A total of 101 patients were diagnosed with atypical endometriosis in the study period. Among them, two patients had endometrial adenocarcinoma and one patient had received treatment for ovarian mucinous borderline tumor 10 years ago. These three patients were excluded and remaining 98 patients were included in the study. During the same period, 13,074 patients were surgically diagnosed with endometriosis in this hospital. Therefore, the prevalence of atypical endometriosis was approximately 0.8%.

Clinical characteristics of the patients with atypical endometriosis are presented in Table 1. The mean age of patients was 34.8 years. In total, 88 (89.8%) patients were diagnosed with atypical endometriosis during their first surgery for endometriosis. Ten patients (10.2%) had previously undergone endometriosis surgery more than once. The mean duration from first surgery to diagnosis of atypical endometriosis was 7.4 years (range: 3–24 years). One patient was diagnosed with atypical endometriosis during the third surgery for ovarian endometriosis. The mean diameter of the ovarian cyst was 7.2 cm (range: 2–15.5 cm). Atypical endometriosis was found in the right ovary (55.1%), left ovary (35.7%), both ovaries (8.2%), and pelvic peritoneum (1%). Serum tumor markers were found to be elevated (CA-125: 87.0 U/mL, CA-19–9: 58.0 U/mL). Most of the atypical endometriosis cases were found to be benign endometriosis (87.7%); however, twelve cases (12.3%) of atypical endometriosis were found to be associated with malignant ovarian tumor.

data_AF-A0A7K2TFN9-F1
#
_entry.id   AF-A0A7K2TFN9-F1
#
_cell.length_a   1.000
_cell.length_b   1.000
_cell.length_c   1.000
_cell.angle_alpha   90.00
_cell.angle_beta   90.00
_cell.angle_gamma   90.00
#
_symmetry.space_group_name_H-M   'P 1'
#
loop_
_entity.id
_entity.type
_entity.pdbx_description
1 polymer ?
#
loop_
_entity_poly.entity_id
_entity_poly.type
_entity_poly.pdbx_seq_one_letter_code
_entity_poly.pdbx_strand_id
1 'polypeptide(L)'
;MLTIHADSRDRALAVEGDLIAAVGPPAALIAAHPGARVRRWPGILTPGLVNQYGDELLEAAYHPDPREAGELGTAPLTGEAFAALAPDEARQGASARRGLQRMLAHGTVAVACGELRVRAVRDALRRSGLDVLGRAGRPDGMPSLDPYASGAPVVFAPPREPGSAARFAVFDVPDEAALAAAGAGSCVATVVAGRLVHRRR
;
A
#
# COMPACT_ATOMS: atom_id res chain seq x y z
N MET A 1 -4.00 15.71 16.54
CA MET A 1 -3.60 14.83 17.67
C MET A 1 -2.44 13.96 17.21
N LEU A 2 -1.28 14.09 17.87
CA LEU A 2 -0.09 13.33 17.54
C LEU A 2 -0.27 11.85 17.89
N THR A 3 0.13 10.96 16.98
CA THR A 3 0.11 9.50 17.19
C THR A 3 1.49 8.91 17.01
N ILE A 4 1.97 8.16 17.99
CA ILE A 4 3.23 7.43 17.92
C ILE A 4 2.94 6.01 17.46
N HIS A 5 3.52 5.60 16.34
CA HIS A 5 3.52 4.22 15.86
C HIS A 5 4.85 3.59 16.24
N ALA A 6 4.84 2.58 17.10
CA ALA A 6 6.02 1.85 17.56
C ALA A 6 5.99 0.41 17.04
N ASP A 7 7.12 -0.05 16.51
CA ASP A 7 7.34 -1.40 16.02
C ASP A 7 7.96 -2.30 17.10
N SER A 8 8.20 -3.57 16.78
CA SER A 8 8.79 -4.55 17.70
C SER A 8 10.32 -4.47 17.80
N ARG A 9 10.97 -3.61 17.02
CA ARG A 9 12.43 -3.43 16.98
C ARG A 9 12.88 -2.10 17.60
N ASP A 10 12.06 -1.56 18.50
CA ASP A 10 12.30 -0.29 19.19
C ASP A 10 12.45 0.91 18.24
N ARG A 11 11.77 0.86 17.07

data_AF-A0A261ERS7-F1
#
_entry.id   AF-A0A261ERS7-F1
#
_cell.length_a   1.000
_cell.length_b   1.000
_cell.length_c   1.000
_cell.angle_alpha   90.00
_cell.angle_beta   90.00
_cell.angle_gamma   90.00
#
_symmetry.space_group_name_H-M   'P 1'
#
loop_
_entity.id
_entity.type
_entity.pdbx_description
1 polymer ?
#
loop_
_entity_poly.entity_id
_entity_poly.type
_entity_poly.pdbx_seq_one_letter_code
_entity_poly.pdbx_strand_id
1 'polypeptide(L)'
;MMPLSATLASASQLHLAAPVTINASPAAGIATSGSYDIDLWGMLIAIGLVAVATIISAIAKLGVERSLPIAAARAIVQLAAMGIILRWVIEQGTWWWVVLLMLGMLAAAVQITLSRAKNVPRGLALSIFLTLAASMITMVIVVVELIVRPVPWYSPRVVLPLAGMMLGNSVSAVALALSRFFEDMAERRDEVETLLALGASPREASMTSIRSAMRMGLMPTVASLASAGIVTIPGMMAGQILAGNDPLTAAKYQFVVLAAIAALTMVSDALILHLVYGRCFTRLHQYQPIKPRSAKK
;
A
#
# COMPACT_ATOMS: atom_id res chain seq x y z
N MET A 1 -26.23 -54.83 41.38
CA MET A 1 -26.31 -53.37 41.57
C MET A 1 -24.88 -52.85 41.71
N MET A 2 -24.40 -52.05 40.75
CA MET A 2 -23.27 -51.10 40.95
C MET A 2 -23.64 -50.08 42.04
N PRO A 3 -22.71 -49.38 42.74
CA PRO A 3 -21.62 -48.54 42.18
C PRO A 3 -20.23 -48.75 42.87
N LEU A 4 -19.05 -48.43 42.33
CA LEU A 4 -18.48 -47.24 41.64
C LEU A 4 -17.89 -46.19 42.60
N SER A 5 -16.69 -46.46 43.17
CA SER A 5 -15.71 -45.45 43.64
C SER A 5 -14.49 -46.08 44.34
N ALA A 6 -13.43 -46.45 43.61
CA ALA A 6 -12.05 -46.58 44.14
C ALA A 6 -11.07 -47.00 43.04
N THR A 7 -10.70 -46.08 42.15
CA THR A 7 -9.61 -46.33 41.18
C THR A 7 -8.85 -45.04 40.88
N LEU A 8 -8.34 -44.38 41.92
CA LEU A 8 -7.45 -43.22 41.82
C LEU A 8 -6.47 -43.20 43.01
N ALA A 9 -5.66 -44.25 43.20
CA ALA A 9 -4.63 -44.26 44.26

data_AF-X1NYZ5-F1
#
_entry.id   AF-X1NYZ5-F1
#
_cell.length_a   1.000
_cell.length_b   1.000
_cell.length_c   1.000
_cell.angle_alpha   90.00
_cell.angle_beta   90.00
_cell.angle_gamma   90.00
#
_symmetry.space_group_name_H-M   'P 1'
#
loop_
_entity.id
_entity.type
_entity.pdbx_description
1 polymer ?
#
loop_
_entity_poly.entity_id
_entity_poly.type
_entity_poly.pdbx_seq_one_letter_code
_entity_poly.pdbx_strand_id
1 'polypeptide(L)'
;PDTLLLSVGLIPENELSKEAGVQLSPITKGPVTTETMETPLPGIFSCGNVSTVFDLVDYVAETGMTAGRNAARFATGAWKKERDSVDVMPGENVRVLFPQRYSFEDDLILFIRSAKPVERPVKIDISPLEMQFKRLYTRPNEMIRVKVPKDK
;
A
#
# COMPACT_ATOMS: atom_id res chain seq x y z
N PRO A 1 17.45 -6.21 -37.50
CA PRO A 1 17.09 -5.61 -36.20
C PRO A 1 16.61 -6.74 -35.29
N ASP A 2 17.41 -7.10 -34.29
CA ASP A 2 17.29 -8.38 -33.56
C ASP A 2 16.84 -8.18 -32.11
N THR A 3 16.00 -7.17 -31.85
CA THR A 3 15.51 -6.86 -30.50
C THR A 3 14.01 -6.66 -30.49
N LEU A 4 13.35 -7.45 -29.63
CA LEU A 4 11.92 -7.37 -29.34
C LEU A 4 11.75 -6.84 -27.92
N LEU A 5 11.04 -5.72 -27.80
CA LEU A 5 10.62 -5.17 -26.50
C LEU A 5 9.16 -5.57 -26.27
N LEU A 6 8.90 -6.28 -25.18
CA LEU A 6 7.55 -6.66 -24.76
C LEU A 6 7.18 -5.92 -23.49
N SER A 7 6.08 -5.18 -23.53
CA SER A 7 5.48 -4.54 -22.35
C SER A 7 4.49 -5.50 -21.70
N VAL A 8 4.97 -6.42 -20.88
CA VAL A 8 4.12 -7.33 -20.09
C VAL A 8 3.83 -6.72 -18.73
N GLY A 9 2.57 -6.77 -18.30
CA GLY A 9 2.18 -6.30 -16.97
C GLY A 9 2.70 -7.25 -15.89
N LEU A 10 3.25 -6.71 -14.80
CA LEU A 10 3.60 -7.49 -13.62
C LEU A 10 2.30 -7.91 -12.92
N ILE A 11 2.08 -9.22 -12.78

Table 1 Patient characteristics of atypical endometriosis (N = 98)

Characteristics of atypical endometriosis with ovarian malignancy are presented in Table 2. The mean age of patients was 36.3 years and the mean diameter of the cyst was 8.8 cm (1.2–15 cm) in atypical endometriosis with ovarian malignancy. Malignant tumors associated with atypical endometriosis were borderline tumors (three cases) and invasive carcinoma (nine cases). These tumors were pathologically classified as follows: five, clear cell carcinoma (stage Ic); two, endometrioid adenocarcinoma (stage Ib and Ic); one, seromucinous carcinoma (stage IIb); and one, mixed carcinoma (clear cell and endometrioid; stage IIb).